How this passionate Indian couple is throwing a completely sustainable wedding
Zero waste, 100 per cent good karma
The couple wanted a sustainable wedding. After some convincing, the families too were game. But then came time to discuss the invitations, and shit hit the fan. Rhinoceros shit, all the way from Kaziranga.
The couple wanted to use paper made from rhino dung, the proceeds of which would go to the management of Kaziranga National Park. “You expect us to offer poop in the form of invites to the gods?” asked one of their mothers. Eventually, they reached a compromise – handmade paper invitations for the tech-unsavvy, and e-vites for the rest.
Ashwin Malwade, a chief officer in the Merchant Navy, and Nupur Agarwal, market researcher, met through common friends and bonded at a beach clean-up. It has become their weekend ritual. “I don’t think I’d be able to spend my life with someone who wasn’t equally passionate about the environment,” says Ashwin. “It just becomes very hard to co-exist.”
“Sometimes, our zero-waste approach becomes overwhelming even for our friends, that’s why it’s important for both the people in the relationship to be equally driven towards a cause,” Nupur chimes in.
A sustainable wedding was the obvious choice – “Our aim was to have a celebration that was carbon neutral,” balancing the carbon footprint generated as a result of the celebration.
India’s wedding industry is booming. With festivities becoming increasingly elaborate, the waste generated has also grown. Pulling off an eco-friendly wedding might seem easy, but what people don’t account for is the attention to detail required. “It’s only when people ask about our wedding preparations that we realise how time-consuming it is. We’ve hardly had any time to focus on other aspects,” admits Nupur.
The couple stepped away from the marriage mayhem for a bit, to help us chart out a foolproof plan to host a sustainable wedding.
Tweak wasteful traditions instead of doing away with them completely
Maharashtrian weddings involve guests showering the newly married couples with grains of rice as blessings. “The priest told us that this ritual usually involves using seven to eight kgs of rice, and we weren’t okay with that,” says Ashwin. So the couple got together with the priest and devised a plan that retains the sanctity of the ritual but also ensures that no food is wasted.
“We finally decided to only use one bowl of rice for the whole ritual and donate the rest to those in need,” explains Nupur. “The priest was equally enthusiastic to tweak the ritual to be more eco-friendly and less wasteful,” adds Ashwin.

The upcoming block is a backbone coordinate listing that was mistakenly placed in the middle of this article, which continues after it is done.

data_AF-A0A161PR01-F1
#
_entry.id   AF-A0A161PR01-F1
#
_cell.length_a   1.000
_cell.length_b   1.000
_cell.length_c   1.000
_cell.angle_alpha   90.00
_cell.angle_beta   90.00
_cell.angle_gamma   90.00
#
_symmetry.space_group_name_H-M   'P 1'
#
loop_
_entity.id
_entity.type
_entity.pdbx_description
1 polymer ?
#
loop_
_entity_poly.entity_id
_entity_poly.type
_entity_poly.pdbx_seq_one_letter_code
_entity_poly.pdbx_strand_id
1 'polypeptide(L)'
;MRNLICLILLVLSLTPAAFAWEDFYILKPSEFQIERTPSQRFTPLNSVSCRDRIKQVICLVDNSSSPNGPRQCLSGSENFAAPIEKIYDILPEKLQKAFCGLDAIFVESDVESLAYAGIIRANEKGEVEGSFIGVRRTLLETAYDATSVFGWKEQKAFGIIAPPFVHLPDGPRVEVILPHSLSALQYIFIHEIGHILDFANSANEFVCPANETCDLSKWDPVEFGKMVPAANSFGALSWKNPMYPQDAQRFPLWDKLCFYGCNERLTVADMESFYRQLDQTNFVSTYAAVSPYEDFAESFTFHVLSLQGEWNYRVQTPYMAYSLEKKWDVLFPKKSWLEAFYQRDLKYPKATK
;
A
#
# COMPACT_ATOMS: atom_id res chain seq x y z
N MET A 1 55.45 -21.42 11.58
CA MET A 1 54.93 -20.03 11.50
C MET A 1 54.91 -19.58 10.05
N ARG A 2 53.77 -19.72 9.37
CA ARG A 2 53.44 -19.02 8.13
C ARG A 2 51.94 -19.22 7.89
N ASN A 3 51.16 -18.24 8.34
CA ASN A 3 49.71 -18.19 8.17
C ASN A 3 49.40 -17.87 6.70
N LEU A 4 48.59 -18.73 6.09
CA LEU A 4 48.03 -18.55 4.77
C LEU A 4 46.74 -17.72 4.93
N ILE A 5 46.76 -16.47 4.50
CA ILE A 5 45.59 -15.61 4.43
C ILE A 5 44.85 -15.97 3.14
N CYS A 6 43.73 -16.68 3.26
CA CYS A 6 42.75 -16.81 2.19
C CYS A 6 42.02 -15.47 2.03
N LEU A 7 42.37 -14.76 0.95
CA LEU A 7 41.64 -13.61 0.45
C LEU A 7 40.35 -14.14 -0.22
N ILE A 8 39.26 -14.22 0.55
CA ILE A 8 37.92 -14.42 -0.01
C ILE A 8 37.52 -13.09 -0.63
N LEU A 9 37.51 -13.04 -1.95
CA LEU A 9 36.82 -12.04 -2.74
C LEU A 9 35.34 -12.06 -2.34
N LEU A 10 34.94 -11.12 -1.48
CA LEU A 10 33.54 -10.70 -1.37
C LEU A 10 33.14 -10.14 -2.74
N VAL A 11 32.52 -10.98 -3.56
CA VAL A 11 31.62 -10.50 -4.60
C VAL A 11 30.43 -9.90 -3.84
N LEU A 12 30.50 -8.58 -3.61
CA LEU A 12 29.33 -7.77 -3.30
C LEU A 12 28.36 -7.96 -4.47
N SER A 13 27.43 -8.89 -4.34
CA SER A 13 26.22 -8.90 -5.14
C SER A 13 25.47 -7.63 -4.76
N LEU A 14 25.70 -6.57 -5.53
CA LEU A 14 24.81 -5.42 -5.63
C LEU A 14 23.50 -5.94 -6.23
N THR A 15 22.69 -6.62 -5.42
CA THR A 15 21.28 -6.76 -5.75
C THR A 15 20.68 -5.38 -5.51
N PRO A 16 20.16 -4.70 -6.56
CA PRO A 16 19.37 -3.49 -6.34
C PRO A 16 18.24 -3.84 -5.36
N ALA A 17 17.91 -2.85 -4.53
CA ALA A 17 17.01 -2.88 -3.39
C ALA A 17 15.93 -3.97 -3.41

Plastic, wardrobe, venue and decor – Make informed choices and compensate for unavoidable damages
“It was important that we have our wedding at a place that provided the resources we required. Pune has a very evolved recycling system, and that’s why we chose it,” explains Nupur. This also helps reduce carbon footprint with respect to commute. “You always have fewer guests attend if it’s a destination wedding, so that worked in our favour too,” adds Ashwin.
The couple also decided to plant four trees for every person attending their wedding to make up for the expected carbon footprint. “We’ve already planted about 30 odd trees,” reveals Ashwin.
Plastic bottles are probably the biggest contributors to the waste generated during a wedding. “You can’t eliminate plastic altogether, but you can do away with single-use plastic specifically,” explains Ashwin. Their celebrations will have water dispensers installed everywhere for the guests to use.
The couple’s wedding wardrobe will also make a sustainable statement. “Upcycling is the way to go. I’m wearing my mother’s wedding lehenga,” says Nupur. “We’ve also made sure we don’t have anything that has sequin work on it, as that is plastic waste too.”
Ashwin and Nupur went one step ahead and decided to use their outfits to propagate what they believe in – “We have ‘climate change is real’ embroidered on both our wedding outfits. This is what I want them to remember my outfit for,” she adds.
This approach also helps you reduce waste when it comes to decor. “The theme for one of the functions is carnival and we are upcycling umbrellas by painting on them and using them as decor. Nothing new was purchased,” says Ashwin.
Collaborate with local vendors
Educate your vendors about sustainability, its benefits, and the importance of waste segregation. “We encouraged our caterer to use sustainable alternatives like bagasse instead of plastic for the cutlery and crockery. Our caterer was so surprised by how easily it was available and impressed with its benefits that he has decided to use the same for all the events he caters,” said Nupur.
“Ashwin also bought glass bottles in bulk to keep at the hotel our guests are staying at to make sure no bottled water is consumed. We are also planning on leaving the bottles with them,”she added.
Spend less and give back instead
The couple is putting the money they save by having a budget wedding to good use, contributing towards making a local BMC school zero-waste. “Waste segregation, installing solar panels and rain water harvesting are some tasks on my checklist for the school,” says Ashwin.
Responsible waste management, segregation, and disposal is key
“We can’t control the amount of food people put on their plates but we can control what we do with the waste that is generated as a result,” says Ashwin. They opted for composting all the wet waste (food waste and flower decorations).
They’ve also tied up with their caterer and The Robin Hood Army, a volunteer-based organisation that works to get surplus food from restaurants and the community to serve less fortunate people, to put leftover food to good use.
Other organisations that help with responsible waste management are Skrap and Sampurnearth.